On Friday, August 19, Paul Joseph Watson interviewed Roger Stone. Paul Manafort‘s work in the Ukraine came up. Stone explained that the attacks on Manafort came from Sidney Blumenthal (an adviser to Hillary during her 2008 campaign) and a wealthy Ukrainian. Stone made it clear that there was ‘no evidence of wrongdoing’. Manafort worked for a political party there, not a person. Manafort resigned as soon as the Ukraine became an issue. Stone also held Corey Lewandowski partly responsible for spreading this false media narrative. As for Blumenthal, Stone said he was the one who blamed the Benghazi attack on that second-rate video.
The discussion turned to Hillary’s emails. Stone didn’t know if there would be an October surprise. However, he emphasised that the Russians were not involved in the leaks. Returning to Manafort briefly, Stone stated that Putin dislikes Manafort.
Stone and Watson discussed Trump‘s rally speech in Charlotte, NC, in which Trump said:
I will always tell you the truth … I will never put personal profit before national security.
Although Big Media downplayed and criticised it, Stone said it was:
the best speech I have heard him deliver.
Stone pointed out that people never hear that sort of talk from Hillary. He said Hillary has:
no stamina or health to be president.
Later in the broadcast, Lee Ann McAdoo interviewed investigative journalist Wayne Madsen. The Clinton-connected Teneo came up for discussion. Madsen said someone connected with Bill Clinton founded Teneo. He said that Huma Abedin was collecting a salary from them while working in the State Department. (At one point, she was paid not only by those two entities but also the Clinton Foundation.)
Madsen said that former security intelligence people were supporting Hillary.
He talked about Hillary’s ‘pay to play’, or bribery. For $5m, Hillary lobbied India to allow Walmart to open there. (Walmart is based in Arkansas.) Madsen said this bribery scheme was for:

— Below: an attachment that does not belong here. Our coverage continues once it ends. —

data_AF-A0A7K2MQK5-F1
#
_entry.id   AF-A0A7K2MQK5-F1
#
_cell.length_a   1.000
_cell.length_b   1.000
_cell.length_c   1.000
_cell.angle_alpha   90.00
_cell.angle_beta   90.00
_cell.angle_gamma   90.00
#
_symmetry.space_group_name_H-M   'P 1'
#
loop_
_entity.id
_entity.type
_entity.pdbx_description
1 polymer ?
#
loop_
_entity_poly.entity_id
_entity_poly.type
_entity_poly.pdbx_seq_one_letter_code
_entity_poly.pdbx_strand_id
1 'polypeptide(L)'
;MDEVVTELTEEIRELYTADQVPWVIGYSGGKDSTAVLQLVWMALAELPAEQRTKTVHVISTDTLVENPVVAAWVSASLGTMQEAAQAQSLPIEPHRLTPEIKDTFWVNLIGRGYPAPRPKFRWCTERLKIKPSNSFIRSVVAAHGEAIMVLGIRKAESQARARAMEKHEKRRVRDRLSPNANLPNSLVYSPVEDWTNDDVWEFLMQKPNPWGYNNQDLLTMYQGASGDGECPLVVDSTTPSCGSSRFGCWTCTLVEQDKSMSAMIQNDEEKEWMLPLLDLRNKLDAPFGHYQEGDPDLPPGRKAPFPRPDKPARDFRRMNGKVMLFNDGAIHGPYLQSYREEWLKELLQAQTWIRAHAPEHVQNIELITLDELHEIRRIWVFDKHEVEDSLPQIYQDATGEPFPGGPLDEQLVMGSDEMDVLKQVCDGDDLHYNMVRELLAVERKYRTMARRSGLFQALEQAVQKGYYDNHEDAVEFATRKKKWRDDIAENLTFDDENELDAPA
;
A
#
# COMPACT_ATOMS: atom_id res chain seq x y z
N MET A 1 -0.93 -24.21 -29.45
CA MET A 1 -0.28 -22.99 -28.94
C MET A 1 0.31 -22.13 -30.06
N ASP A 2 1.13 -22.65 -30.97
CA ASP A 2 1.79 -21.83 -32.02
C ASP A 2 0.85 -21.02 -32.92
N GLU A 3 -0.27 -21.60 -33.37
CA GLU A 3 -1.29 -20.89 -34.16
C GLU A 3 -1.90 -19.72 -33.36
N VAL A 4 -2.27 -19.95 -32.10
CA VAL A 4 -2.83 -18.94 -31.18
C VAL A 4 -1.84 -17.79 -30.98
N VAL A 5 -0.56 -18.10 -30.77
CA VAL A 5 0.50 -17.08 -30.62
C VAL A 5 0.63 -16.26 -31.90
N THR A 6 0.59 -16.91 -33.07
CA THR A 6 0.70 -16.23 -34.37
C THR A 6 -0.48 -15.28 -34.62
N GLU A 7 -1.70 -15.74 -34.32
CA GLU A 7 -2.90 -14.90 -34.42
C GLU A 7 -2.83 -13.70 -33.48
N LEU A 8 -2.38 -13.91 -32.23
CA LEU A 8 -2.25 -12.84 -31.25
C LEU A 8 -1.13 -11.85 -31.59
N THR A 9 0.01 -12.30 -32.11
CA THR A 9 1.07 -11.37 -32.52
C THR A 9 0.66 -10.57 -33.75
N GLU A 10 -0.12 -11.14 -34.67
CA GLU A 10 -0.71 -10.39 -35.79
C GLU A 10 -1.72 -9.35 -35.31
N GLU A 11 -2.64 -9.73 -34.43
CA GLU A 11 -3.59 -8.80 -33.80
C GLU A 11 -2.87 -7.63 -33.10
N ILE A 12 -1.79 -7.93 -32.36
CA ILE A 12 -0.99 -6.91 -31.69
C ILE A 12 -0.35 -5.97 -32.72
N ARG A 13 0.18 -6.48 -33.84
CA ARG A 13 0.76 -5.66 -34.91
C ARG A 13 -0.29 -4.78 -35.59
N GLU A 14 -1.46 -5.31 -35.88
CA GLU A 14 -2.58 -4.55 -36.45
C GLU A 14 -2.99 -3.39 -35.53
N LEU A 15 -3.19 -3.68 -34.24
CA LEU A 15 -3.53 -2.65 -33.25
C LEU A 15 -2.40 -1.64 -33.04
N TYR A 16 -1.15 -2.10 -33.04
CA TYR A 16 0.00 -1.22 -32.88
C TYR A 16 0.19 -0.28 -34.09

the Clintons’ own personal enrichment.
Any aides who do not go along with it, he says, are thrown ‘under the bus’.
On August 31, Roger Stone appeared for another interview. Things were hotting up for him at that point. He said he was going to be investigated by the FBI for allegedly hacking the DNC. Stone said that those hacks came from Guccifer 2.0, not him, the Republicans or Trump.
Stone described the mess, geopolitically and personally. Soros would like to take over Ukraine and the Clintons have close ties to Russia and Putin. ‘Personal vituperation’ towards any opposition had become the order of the day, he said. Personal attacks against Hillary’s opponents would continue.
He said that vote rigging was sure to happen, although he was certain that Americans suspected that already. Regardless, he said that TPTB would proceed with the full force of the federal government, including Homeland Security, in trying to steal the election. Stone had just started StopTheSteal and called for volunteers to gather evidence as proof. He had also just started his personal website StoneColdTruth.com.
Stone explained that this was a ‘crucial juncture here’ where the Democrats were trying to set then dominate the election agenda. He thought that Julian Assange must have political dynamite somewhere in the leaked emails:
the equivalent of Watergate …
As such, the Democrats were weaving their narrative that Julian Assange was helping the Russians.
Of course, we never saw the rest of the emails, which stopped shortly before the election. They were due to drop until Christmas, with each day’s release becoming more incriminating in content. It is thought that the FBI and other government agencies put a stop to them with the co-operation of WikiLeaks. This move led, unintentionally, to the current public interest in Pizzagate, which greatly surpassed Spirit Cooking — a topic that went off the boil relatively quickly.
Stone ended the interview with these two quotes:
Trump is the peace candidate.
This is the Bush/Clinton combine [at work].
I remember what a tense time this was. Every day had its drama.
Intellectually, Trump voters thought he would win, however, nagging doubts persisted.
Because we all know how dastardly Democrats are.